Staffing within the home needed improvement. The deployment and management of staff affected the standard and consistency of care people received and meant there were times when there was no staff presence in some areas of the home.

People received food and drink which met their needs. Staff were aware of those people who needed specialist support to maintain their nutritional needs. People were supported to maintain their health and obtain healthcare advice when a need was identified.

People received care that was responsive to their needs and staff understood how they preferred to spend their time. Staff responded to and acted on changes in people’s needs and abilities. People enjoyed the opportunities they had to engage in activities that were of interest to them.

After a period of significant change with staffing and at management level, new staff had been recruited and a new management team were in place. People and staff spoke positively about the new home manager and the deputy manager who shared an enthusiasm to drive through improvements within the service. The new manager was aware that staff morale needed to be improved. They had put processes in place to ensure staff felt listened to and had plans to improve training so staff felt more confident and valued.

We found a breach of the Health and Social Care Act 2008 (Regulated Activities) Regulations 2014. You can see what action we told the provider to take at the back of the full version of the report.

Inspection carried out on 9/10 March 2015

During a routine inspection

The inspection took place on 9 and 10 March 2015 and it was unannounced.

Alveston Leys nursing home provides nursing and personal care for up to 60 older people. On the day of our inspection there were 44 people living in the home.

The home has a registered manager. A registered manager is a person who has registered with the Care Quality Commission to manage the service. Like registered providers, they are ‘registered persons’. Registered persons have legal responsibility for meeting the requirements in the Health and Social Care Act 2008 and associated Regulations about how the service is run.

People told us they felt safe and would feel at ease to raise any concerns with staff if they needed to. Care and nursing staff knew how to protect people against the risk of abuse and had completed training in safeguarding people so they knew how to recognise abuse and poor practice.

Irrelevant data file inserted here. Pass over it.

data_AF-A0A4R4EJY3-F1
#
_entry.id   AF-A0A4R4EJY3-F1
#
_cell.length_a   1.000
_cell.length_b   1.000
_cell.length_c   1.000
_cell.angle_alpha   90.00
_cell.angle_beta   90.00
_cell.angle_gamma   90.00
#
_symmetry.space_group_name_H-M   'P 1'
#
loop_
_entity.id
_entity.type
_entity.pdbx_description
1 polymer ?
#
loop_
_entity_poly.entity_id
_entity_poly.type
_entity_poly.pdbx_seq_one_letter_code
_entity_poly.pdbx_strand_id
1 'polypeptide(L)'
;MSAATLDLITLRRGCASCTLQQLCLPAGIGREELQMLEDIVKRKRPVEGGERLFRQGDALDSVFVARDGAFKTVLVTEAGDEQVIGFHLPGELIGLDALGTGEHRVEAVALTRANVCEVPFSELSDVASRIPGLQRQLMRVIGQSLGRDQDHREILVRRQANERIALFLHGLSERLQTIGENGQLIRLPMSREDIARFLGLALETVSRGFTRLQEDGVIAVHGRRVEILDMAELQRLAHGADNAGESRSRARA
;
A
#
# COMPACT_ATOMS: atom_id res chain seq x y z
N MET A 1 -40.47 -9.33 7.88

People told us they received their medicines when they needed them. Sometimes the medicine records had not been fully completed to show people had received their medicine but this was being addressed by the manager. People were able to access health professionals such as a GP and district nurses when needed to support their healthcare needs.

People were supported by sufficient numbers of staff who made time for them and did not rush them. The registered manager assessed staffing levels to make sure there was always enough staff to meet the needs of people who lived at the home.

The registered manager had an understanding of the Mental Capacity Act 2005 (MCA) and the Deprivation of Liberty Safeguards (DoLS) so that people who lacked capacity to make decisions could be appropriately supported. Some staff were not clear about their responsibilities in relation to these but staff training had been provided and staff understood they needed to gain people’s consent before delivering care.

People were provided with choices of nutritious food that met their needs and there were regular choices of drinks available during the day. Where people needed support to eat this was provided. A range of social activities were provided that were person centred in accordance with people’s interests and wishes.

There was clear leadership within the home and an open culture where staff and people’s opinions about the care and services provided were encouraged and sought. The provider carried out regular checks on the quality of care and services to identify any areas that required improvement.

Inspection carried out on 26 November 2013

During a routine inspection

During our inspection visit to Alveston Leys Nursing Home we spoke with six people who used the service about the care and support that they received. They told us they were happy with their care. Their comments about staff were all complimentary and included, �Marvellous�. We found that staff respected the wishes of people who used the service and got their consent before providing care.

We spoke with three relatives of people who used the service and saw staff welcome and chat with others. They told us that they felt comfortable in the home. A regular visitor was very happy with the care and said staff were ��friendly and caring.��

People who used the service told us they had enjoyed their lunch time meal and we saw staff assisted those people who needed help.

We spoke with six staff and found they were knowledgeable about the needs of people who used the service and their responsibilities. Assessments and care plans identified the care that people needed and guided staff in the delivery of appropriate care.

Medication was safely managed and recruitment checks were sufficiently robust to guard against employing unsuitable staff.

We also spoke with the manager and the area manager. We found that Alveston Leys Nursing Home was well managed with good systems in place to assess and monitor the quality of care.

Inspection carried out on 30 July 2012

During a routine inspection

We spoke with four people using the service, two relatives and six staff including the manager on the day of the visit.

People told us they liked living at the home, felt safe and had been happy with the care and support received. Some comments from people about their experiences at the home were: ��The home is terribly good�� and ��the staff are quite good, I feel safe living here��. People said they liked the food, had a choice of meals and had enough to drink.

People told us their views had been taken into account and should they have any concerns they would talk to a member of staff or the manager. Staff, people using the service and their relatives told us they had been kept informed of changes and developments. They had received this information through attendance at meetings and care reviews. One person described the residents� meetings as ��very friendly affairs�� and topics for discussion had included food and activities offered at the home.

Reports under our old system of regulation (including those from before CQC was created)